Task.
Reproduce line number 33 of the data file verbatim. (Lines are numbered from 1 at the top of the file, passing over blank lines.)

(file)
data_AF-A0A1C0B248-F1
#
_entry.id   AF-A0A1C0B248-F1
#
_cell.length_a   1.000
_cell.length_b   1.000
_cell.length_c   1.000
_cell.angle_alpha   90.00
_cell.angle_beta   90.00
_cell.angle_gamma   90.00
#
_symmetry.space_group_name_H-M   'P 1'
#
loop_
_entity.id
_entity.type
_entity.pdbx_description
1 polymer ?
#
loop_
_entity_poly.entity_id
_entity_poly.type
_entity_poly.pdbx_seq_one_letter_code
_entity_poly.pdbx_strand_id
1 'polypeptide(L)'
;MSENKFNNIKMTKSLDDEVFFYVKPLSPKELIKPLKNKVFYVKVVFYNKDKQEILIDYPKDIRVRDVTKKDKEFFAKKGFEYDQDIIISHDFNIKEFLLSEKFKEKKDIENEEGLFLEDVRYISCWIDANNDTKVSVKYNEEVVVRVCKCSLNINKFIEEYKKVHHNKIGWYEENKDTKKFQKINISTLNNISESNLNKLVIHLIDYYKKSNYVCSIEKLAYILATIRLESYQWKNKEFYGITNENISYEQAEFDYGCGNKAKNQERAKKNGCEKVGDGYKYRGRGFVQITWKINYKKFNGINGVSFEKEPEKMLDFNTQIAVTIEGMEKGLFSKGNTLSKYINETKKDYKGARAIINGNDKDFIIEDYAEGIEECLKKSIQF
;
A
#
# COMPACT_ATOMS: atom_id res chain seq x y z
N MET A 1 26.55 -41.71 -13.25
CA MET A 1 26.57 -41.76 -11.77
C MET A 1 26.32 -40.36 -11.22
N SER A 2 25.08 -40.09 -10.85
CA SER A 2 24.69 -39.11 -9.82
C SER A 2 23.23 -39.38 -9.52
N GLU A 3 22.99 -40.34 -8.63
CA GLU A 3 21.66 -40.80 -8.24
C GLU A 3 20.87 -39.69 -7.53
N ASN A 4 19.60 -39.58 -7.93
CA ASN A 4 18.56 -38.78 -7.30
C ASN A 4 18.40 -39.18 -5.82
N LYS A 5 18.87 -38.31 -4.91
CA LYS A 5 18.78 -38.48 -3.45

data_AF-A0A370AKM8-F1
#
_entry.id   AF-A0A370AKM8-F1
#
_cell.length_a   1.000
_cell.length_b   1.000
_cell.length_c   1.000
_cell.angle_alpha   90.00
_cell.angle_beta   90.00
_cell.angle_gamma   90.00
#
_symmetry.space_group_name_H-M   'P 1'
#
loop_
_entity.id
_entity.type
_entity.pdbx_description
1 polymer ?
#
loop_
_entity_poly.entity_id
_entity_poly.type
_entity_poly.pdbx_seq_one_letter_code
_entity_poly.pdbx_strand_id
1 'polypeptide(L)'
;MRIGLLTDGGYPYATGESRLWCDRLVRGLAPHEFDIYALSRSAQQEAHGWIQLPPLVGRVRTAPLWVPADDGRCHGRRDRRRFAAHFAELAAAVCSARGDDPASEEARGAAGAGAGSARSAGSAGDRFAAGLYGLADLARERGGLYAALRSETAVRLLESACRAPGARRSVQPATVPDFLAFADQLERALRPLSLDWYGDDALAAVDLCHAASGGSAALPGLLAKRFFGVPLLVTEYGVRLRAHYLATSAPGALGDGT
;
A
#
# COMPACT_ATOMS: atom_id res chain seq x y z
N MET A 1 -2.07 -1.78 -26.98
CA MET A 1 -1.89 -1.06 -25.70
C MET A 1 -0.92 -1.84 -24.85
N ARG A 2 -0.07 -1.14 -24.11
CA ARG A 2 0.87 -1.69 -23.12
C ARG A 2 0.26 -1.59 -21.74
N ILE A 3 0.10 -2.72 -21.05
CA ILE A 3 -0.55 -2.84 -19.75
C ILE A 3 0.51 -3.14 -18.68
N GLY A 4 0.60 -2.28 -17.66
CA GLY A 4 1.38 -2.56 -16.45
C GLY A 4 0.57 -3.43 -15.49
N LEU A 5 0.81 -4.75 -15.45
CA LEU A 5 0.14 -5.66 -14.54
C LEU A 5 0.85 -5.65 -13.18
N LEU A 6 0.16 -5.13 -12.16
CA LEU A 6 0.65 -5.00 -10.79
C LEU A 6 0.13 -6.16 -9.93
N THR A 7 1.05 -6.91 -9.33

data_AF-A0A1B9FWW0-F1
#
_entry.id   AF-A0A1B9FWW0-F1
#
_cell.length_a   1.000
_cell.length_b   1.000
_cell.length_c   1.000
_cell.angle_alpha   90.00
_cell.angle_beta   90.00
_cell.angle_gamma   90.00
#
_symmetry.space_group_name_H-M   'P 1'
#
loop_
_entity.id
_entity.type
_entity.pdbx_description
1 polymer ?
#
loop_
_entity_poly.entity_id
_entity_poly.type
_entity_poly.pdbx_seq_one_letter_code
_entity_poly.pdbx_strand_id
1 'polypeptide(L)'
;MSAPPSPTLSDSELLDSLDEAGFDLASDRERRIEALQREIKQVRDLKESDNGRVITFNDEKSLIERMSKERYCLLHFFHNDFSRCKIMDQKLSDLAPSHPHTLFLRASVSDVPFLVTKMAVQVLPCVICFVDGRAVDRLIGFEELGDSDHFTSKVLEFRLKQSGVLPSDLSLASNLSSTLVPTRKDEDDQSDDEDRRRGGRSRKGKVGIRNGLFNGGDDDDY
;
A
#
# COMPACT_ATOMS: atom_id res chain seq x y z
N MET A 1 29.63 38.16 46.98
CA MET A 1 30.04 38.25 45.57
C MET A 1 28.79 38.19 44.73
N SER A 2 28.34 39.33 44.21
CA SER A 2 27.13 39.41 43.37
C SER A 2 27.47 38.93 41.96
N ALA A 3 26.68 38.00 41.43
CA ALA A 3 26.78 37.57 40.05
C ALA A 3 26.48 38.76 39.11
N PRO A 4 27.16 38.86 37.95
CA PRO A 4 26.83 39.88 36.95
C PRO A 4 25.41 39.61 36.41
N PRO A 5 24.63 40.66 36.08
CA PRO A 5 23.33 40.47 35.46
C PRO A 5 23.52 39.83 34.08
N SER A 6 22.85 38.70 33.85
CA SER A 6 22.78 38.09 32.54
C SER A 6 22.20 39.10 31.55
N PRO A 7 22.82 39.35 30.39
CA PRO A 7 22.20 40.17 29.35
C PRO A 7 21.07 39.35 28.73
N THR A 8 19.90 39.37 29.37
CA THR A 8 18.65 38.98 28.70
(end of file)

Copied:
C MET A 1 26.32 -40.36 -11.22